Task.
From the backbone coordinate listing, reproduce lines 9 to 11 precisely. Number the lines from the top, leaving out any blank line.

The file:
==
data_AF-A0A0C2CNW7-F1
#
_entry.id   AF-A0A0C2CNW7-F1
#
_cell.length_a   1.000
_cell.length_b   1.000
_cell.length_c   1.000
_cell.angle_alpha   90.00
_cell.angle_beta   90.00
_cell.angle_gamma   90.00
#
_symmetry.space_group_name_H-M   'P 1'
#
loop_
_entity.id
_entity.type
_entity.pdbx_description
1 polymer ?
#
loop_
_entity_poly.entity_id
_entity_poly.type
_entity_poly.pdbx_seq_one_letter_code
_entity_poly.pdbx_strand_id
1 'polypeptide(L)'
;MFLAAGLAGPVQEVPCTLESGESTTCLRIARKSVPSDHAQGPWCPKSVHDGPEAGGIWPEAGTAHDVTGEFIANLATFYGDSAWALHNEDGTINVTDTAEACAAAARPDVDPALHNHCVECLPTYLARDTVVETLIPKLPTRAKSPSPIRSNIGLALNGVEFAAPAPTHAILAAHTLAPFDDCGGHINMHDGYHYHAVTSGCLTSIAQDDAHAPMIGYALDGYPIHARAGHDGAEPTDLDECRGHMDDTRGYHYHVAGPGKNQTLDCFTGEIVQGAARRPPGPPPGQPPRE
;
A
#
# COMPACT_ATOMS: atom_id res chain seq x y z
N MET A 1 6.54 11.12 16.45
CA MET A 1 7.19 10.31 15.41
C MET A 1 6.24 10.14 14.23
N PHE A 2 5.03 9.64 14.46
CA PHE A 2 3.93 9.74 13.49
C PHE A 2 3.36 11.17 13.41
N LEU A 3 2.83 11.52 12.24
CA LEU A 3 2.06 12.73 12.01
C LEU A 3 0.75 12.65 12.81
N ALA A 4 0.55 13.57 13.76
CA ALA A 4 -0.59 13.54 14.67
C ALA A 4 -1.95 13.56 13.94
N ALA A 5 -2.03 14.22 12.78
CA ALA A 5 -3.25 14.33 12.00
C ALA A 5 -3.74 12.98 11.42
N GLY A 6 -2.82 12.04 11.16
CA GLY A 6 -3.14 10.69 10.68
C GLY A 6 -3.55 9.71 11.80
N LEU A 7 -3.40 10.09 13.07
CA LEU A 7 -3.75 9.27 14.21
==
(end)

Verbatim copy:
_cell.angle_beta   90.00
_cell.angle_gamma   90.00
#